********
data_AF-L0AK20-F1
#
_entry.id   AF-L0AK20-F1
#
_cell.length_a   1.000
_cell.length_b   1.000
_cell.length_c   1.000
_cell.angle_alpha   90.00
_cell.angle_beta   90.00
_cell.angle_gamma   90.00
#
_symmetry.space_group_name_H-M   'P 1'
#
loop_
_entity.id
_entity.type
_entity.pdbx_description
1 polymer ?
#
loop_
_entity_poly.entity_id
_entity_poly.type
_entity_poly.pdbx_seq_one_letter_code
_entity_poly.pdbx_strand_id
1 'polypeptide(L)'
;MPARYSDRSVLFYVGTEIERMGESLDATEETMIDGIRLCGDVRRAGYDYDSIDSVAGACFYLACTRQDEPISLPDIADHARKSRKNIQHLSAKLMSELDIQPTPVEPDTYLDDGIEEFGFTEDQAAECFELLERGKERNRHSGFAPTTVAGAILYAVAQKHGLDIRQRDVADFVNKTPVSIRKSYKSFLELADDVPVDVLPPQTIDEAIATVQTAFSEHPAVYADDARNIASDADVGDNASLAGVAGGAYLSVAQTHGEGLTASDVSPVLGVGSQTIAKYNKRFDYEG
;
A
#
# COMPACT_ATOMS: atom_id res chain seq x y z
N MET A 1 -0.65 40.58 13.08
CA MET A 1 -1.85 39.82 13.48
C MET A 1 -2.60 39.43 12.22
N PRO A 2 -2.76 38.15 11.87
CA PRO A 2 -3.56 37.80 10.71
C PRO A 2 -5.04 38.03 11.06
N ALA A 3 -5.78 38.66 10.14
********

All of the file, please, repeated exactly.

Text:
data_AF-L0AK20-F1
#
_entry.id   AF-L0AK20-F1
#
_cell.length_a   1.000
_cell.length_b   1.000
_cell.length_c   1.000
_cell.angle_alpha   90.00
_cell.angle_beta   90.00
_cell.angle_gamma   90.00
#
_symmetry.space_group_name_H-M   'P 1'
#
loop_
_entity.id
_entity.type
_entity.pdbx_description
1 polymer ?
#
loop_
_entity_poly.entity_id
_entity_poly.type
_entity_poly.pdbx_seq_one_letter_code
_entity_poly.pdbx_strand_id
1 'polypeptide(L)'
;MPARYSDRSVLFYVGTEIERMGESLDATEETMIDGIRLCGDVRRAGYDYDSIDSVAGACFYLACTRQDEPISLPDIADHARKSRKNIQHLSAKLMSELDIQPTPVEPDTYLDDGIEEFGFTEDQAAECFELLERGKERNRHSGFAPTTVAGAILYAVAQKHGLDIRQRDVADFVNKTPVSIRKSYKSFLELADDVPVDVLPPQTIDEAIATVQTAFSEHPAVYADDARNIASDADVGDNASLAGVAGGAYLSVAQTHGEGLTASDVSPVLGVGSQTIAKYNKRFDYEG
;
A
#
# COMPACT_ATOMS: atom_id res chain seq x y z
N MET A 1 -0.65 40.58 13.08
CA MET A 1 -1.85 39.82 13.48
C MET A 1 -2.60 39.43 12.22
N PRO A 2 -2.76 38.15 11.87
CA PRO A 2 -3.56 37.80 10.71
C PRO A 2 -5.04 38.03 11.06
N ALA A 3 -5.78 38.66 10.14